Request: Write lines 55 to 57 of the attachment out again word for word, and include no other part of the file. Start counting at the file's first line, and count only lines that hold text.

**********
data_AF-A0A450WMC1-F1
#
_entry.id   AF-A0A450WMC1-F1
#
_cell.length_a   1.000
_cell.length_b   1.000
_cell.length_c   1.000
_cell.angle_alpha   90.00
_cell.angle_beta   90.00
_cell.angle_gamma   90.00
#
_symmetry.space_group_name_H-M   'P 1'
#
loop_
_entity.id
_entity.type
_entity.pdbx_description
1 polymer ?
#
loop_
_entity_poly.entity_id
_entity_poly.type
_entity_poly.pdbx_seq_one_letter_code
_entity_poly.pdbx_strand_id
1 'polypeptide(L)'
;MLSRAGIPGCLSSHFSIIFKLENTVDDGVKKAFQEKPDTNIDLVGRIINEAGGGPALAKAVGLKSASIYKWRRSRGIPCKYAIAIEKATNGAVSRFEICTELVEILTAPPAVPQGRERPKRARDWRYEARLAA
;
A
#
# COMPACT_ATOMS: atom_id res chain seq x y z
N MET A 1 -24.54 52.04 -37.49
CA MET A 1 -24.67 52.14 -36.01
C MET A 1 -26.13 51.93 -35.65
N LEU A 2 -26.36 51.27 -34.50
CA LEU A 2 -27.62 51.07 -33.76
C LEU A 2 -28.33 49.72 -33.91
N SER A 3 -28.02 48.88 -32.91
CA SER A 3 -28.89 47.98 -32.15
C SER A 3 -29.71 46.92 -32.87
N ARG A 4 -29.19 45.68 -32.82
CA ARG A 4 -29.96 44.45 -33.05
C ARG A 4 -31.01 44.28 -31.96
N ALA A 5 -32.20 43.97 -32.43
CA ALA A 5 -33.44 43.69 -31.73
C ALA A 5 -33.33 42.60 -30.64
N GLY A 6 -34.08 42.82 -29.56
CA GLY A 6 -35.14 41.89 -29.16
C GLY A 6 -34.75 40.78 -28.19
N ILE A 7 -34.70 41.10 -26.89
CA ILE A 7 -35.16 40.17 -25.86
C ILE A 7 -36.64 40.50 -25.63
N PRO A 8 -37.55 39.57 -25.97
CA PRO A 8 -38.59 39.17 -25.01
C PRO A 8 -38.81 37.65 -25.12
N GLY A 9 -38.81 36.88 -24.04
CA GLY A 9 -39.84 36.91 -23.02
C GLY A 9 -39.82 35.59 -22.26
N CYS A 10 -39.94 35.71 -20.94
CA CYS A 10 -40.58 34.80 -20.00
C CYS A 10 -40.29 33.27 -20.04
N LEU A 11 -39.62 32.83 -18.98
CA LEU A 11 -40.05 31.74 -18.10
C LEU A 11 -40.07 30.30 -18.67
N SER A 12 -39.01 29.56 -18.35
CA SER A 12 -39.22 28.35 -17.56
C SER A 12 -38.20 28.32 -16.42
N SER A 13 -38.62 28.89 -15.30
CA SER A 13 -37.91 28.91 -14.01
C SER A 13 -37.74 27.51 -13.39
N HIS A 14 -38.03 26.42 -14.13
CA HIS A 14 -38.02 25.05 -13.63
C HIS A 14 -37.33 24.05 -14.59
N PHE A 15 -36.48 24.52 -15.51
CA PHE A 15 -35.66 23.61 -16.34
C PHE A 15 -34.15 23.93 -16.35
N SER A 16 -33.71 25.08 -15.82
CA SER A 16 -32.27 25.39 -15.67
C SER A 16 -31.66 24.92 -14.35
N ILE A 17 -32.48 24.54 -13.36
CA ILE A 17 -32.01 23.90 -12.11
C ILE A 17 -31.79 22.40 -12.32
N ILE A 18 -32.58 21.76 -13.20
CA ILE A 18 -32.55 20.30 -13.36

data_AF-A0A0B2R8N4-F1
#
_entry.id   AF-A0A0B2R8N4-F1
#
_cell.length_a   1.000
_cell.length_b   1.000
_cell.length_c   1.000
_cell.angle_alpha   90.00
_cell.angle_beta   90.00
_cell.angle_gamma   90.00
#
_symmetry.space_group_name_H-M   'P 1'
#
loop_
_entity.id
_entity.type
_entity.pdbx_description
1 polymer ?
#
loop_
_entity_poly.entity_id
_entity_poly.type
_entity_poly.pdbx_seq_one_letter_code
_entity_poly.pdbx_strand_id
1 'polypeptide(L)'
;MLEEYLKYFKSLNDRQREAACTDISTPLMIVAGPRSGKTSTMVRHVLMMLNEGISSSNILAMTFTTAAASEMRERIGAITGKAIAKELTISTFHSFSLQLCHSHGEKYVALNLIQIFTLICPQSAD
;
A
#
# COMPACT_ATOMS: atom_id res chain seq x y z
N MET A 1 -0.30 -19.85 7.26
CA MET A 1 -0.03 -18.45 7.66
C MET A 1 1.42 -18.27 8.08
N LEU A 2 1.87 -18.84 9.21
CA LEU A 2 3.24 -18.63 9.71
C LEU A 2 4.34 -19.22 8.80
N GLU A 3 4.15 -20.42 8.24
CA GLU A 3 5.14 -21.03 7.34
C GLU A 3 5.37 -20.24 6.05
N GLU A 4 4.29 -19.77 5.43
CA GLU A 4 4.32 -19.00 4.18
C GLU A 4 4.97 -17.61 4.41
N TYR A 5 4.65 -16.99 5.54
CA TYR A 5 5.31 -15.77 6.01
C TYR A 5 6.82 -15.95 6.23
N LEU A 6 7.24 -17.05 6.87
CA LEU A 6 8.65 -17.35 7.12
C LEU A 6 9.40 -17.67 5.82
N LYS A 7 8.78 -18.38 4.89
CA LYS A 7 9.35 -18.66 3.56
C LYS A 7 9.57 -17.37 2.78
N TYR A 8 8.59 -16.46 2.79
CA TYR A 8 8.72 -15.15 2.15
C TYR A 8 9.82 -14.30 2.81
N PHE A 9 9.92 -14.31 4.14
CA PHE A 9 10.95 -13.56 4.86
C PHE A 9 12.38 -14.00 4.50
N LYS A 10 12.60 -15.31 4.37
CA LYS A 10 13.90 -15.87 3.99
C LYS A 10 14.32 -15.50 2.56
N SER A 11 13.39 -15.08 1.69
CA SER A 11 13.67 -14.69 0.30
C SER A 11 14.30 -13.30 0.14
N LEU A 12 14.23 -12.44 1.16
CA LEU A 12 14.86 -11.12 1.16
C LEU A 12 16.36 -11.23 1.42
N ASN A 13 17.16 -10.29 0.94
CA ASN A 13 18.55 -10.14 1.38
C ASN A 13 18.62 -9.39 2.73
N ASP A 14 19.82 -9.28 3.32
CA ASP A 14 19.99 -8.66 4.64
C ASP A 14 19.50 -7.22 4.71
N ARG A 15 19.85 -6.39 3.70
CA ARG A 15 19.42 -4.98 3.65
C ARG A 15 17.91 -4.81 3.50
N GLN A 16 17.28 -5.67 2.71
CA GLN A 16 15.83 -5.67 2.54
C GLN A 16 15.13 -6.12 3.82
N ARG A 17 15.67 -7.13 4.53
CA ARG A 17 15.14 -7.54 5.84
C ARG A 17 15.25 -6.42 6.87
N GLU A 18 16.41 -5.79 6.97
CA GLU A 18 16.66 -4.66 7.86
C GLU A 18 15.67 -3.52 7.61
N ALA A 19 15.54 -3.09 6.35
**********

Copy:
N GLY A 9 -38.81 36.88 -24.04
CA GLY A 9 -39.84 36.91 -23.02
C GLY A 9 -39.82 35.59 -22.26